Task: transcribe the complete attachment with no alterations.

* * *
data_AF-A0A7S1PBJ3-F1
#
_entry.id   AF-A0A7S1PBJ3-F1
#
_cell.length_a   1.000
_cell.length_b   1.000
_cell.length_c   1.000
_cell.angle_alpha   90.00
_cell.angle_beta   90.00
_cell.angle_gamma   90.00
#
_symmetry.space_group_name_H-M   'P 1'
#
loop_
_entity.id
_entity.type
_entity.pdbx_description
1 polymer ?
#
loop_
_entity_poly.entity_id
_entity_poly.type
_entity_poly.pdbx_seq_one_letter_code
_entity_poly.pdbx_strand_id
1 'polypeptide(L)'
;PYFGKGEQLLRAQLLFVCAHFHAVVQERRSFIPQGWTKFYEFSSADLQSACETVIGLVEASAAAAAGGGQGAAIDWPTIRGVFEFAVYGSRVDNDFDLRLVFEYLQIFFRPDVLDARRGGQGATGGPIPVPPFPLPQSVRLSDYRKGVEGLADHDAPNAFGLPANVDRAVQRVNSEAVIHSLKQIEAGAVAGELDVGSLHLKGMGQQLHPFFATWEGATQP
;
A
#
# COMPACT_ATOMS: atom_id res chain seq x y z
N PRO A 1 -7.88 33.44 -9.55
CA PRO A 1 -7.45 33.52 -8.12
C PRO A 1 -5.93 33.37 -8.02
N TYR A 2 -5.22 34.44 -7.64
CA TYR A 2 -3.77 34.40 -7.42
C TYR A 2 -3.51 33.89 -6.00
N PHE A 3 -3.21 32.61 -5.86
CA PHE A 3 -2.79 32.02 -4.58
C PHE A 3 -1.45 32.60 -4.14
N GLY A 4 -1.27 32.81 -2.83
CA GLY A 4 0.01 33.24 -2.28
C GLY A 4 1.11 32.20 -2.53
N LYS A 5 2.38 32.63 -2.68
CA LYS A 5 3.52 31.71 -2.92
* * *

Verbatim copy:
data_AF-A0A7S1PBJ3-F1
#
_entry.id   AF-A0A7S1PBJ3-F1
#
_cell.length_a   1.000
_cell.length_b   1.000
_cell.length_c   1.000
_cell.angle_alpha   90.00
_cell.angle_beta   90.00
_cell.angle_gamma   90.00
#
_symmetry.space_group_name_H-M   'P 1'
#
loop_
_entity.id
_entity.type
_entity.pdbx_description
1 polymer ?
#
loop_
_entity_poly.entity_id
_entity_poly.type
_entity_poly.pdbx_seq_one_letter_code
_entity_poly.pdbx_strand_id
1 'polypeptide(L)'
;PYFGKGEQLLRAQLLFVCAHFHAVVQERRSFIPQGWTKFYEFSSADLQSACETVIGLVEASAAAAAGGGQGAAIDWPTIRGVFEFAVYGSRVDNDFDLRLVFEYLQIFFRPDVLDARRGGQGATGGPIPVPPFPLPQSVRLSDYRKGVEGLADHDAPNAFGLPANVDRAVQRVNSEAVIHSLKQIEAGAVAGELDVGSLHLKGMGQQLHPFFATWEGATQP
;
A
#
# COMPACT_ATOMS: atom_id res chain seq x y z
N PRO A 1 -7.88 33.44 -9.55
CA PRO A 1 -7.45 33.52 -8.12
C PRO A 1 -5.93 33.37 -8.02
N TYR A 2 -5.22 34.44 -7.64
CA TYR A 2 -3.77 34.40 -7.42
C TYR A 2 -3.51 33.89 -6.00
N PHE A 3 -3.21 32.61 -5.86
CA PHE A 3 -2.79 32.02 -4.58
C PHE A 3 -1.45 32.60 -4.14
N GLY A 4 -1.27 32.81 -2.83
CA GLY A 4 0.01 33.24 -2.28
C GLY A 4 1.11 32.20 -2.53
N LYS A 5 2.38 32.63 -2.68
CA LYS A 5 3.52 31.71 -2.92